Date of this Version
Background: Providing patients with a prescription for antibiotics but suggesting delaying their use is a strategy that reduces antibiotic use. This review asks what effect this practice has on the clinical course of the illness.
Objectives: To evaluate the clinical effect of delayed antibiotic use in acute upper respiratory tract infections compared to immediate use of antibiotics.
Search strategy: The following electronic databases were searched: the Cochrane Central Register of Controlled Trials (CENTRAL) (The Cochrane Library Issue 1, 2004), MEDLINE (January 1966 to January Week 1 2004), EMBASE (1990 to September 2003) and Current Contents (1998 to 2003).
Selection criteria: Clinical outcomes measured included fever, cough, pain, malaise, complications of disease, adverse effects from antibiotics. Trial quality and data extraction were assessed independently by two reviewers blinded to author and journal for each study.
Data collection and analysis: Data were analysed and reported using Review Manager.
Main results: Seven randomised controlled trials (RCTs) were of high quality. Missing data and marked heterogeneity prevented meta-analysis. Three studies out of six reported fever, all for sore throat, showed more fever in the delayed antibiotic group. The remaining three showed no difference. There was no symptom differences for patients with cough or the common cold. Pain and malaise severity scores at day three significantly favoured the immediate antibiotic group in children with acute otitis media (Little 2001).
El-Daher 1991 showed reduced vomiting in children in the immediate antibiotic group with suspected streptococcal pharyngitis but there was no difference in children with sore throat in Little 1997. Little 1997 and Arroll 2002a showed no difference for the outcome of diarrhoea, while Little 2001 reported less diarrhoea in the delayed antibiotic group in children with otitis media.
Authors' conclusions: Delayed antibiotics have been used in an attempt to reduce the use of antibiotic prescriptions. For most outcomes there is no difference between immediate and delayed antibiotic groups. Three of the six studies, indicated that patients in the delayed antibiotic group had significantly more fever. Pain and malaise scores were worse for children with otitis media in the delayed antibiotic group. This price must be weighed up against the benefits of reduced antibiotic prescribing. Future RCTs of delaying antibiotics should fully report symptoms as well as changes of prescription rates.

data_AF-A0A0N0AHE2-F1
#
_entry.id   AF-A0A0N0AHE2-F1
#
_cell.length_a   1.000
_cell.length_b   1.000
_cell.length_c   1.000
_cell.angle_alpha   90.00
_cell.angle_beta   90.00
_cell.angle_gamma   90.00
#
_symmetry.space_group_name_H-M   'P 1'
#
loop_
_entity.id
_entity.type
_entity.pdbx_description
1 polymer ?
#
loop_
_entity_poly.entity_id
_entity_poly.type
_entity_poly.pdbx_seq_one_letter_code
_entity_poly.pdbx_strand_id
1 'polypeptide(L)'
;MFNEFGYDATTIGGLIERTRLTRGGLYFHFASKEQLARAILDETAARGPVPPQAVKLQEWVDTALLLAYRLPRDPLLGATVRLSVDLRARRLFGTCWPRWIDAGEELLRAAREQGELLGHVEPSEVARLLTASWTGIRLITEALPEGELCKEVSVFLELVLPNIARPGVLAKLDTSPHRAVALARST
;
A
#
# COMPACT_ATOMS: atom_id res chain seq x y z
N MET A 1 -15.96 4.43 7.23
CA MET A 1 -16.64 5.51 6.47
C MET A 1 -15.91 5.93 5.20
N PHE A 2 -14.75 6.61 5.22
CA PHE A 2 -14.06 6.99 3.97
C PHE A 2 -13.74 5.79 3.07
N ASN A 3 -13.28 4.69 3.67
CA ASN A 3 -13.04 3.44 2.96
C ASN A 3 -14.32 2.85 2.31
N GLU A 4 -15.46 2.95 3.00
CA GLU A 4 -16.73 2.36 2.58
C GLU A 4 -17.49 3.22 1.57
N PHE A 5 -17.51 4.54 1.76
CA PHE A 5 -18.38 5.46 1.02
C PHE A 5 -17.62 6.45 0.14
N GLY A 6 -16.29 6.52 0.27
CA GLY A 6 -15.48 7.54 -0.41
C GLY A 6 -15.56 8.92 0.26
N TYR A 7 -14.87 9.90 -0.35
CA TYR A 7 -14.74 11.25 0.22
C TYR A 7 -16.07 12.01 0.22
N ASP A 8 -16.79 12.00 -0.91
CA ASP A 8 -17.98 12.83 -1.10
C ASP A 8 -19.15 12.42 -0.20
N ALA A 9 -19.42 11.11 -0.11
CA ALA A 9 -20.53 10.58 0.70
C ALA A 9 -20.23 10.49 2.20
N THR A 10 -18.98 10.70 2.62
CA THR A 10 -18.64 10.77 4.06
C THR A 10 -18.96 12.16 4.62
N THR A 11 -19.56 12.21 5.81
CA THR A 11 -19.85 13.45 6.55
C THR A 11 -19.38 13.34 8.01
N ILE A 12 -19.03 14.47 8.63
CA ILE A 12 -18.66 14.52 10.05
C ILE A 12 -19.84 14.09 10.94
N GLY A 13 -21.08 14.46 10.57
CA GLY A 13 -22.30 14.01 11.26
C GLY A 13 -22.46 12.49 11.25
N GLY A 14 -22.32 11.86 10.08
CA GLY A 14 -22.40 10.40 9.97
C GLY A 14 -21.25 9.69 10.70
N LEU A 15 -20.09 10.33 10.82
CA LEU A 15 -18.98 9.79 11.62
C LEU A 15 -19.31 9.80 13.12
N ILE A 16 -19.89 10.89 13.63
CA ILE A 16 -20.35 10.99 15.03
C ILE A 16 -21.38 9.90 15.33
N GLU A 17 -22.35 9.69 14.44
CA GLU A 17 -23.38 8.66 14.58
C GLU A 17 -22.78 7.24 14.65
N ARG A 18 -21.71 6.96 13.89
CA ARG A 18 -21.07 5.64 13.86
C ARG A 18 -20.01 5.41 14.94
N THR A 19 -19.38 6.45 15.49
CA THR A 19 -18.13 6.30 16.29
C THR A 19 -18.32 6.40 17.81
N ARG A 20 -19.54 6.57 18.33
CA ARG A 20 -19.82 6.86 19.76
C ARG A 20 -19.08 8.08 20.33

Plain language summary: Previous studies have indicated that antibiotics have at best modest benefit for upper respiratory tract infections, which needs to be balanced against adverse effects and the risk of bacteria becoming resistant to antibiotics
Doctors prescribe delayed antibiotics to reduce the consumption of antibiotics while attempting to maintain patient satisfaction. This review looks at the effect of this strategy on the course of the illness in people with upper respiratory tract infections. It found that patients in three out of six studies, all with sore throat, had more fever if they delayed antibiotics. Additionally, children with a middle ear infection had more pain and malaise if they delayed antibiotics. For patients with cough or the common cold there was no difference between delayed and immediate antibiotic groups.